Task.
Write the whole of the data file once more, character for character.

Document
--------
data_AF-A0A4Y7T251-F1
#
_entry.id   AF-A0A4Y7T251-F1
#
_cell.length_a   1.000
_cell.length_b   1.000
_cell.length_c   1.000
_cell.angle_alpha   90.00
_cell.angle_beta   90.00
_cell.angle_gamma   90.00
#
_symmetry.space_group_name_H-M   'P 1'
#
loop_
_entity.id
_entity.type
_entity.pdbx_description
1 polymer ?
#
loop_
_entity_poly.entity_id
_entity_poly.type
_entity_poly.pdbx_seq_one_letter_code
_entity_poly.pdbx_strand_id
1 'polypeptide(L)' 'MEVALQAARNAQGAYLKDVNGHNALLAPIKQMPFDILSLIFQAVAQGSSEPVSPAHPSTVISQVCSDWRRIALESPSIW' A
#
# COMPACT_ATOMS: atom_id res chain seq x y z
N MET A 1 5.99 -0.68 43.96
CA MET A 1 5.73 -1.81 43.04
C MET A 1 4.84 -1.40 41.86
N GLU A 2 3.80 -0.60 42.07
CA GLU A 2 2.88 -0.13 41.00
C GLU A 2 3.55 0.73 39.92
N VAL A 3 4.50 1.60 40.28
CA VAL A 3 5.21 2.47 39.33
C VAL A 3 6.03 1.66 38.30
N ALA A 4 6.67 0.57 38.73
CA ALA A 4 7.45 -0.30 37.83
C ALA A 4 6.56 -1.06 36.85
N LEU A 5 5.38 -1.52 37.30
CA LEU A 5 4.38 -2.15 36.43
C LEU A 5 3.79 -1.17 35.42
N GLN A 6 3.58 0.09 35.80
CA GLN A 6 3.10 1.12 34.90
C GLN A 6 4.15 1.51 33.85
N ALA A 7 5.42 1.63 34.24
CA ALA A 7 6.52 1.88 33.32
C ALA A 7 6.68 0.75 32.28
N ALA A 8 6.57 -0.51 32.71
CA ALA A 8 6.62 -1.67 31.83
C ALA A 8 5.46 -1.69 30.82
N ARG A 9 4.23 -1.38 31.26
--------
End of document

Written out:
data_AF-A0A4Y7T251-F1
#
_entry.id   AF-A0A4Y7T251-F1
#
_cell.length_a   1.000
_cell.length_b   1.000
_cell.length_c   1.000
_cell.angle_alpha   90.00
_cell.angle_beta   90.00
_cell.angle_gamma   90.00
#
_symmetry.space_group_name_H-M   'P 1'
#
loop_
_entity.id
_entity.type
_entity.pdbx_description
1 polymer ?
#
loop_
_entity_poly.entity_id
_entity_poly.type
_entity_poly.pdbx_seq_one_letter_code
_entity_poly.pdbx_strand_id
1 'polypeptide(L)' 'MEVALQAARNAQGAYLKDVNGHNALLAPIKQMPFDILSLIFQAVAQGSSEPVSPAHPSTVISQVCSDWRRIALESPSIW' A
#
# COMPACT_ATOMS: atom_id res chain seq x y z
N MET A 1 5.99 -0.68 43.96
CA MET A 1 5.73 -1.81 43.04
C MET A 1 4.84 -1.40 41.86
N GLU A 2 3.80 -0.60 42.07
CA GLU A 2 2.88 -0.13 41.00
C GLU A 2 3.55 0.73 39.92
N VAL A 3 4.50 1.60 40.28
CA VAL A 3 5.21 2.47 39.33
C VAL A 3 6.03 1.66 38.30
N ALA A 4 6.67 0.57 38.73
CA ALA A 4 7.45 -0.30 37.83
C ALA A 4 6.56 -1.06 36.85
N LEU A 5 5.38 -1.52 37.30
CA LEU A 5 4.38 -2.15 36.43
C LEU A 5 3.79 -1.17 35.42
N GLN A 6 3.58 0.09 35.80
CA GLN A 6 3.10 1.12 34.90
C GLN A 6 4.15 1.51 33.85
N ALA A 7 5.42 1.63 34.24
CA ALA A 7 6.52 1.88 33.32
C ALA A 7 6.68 0.75 32.28
N ALA A 8 6.57 -0.51 32.71
CA ALA A 8 6.62 -1.67 31.83
C ALA A 8 5.46 -1.69 30.82
N ARG A 9 4.23 -1.38 31.26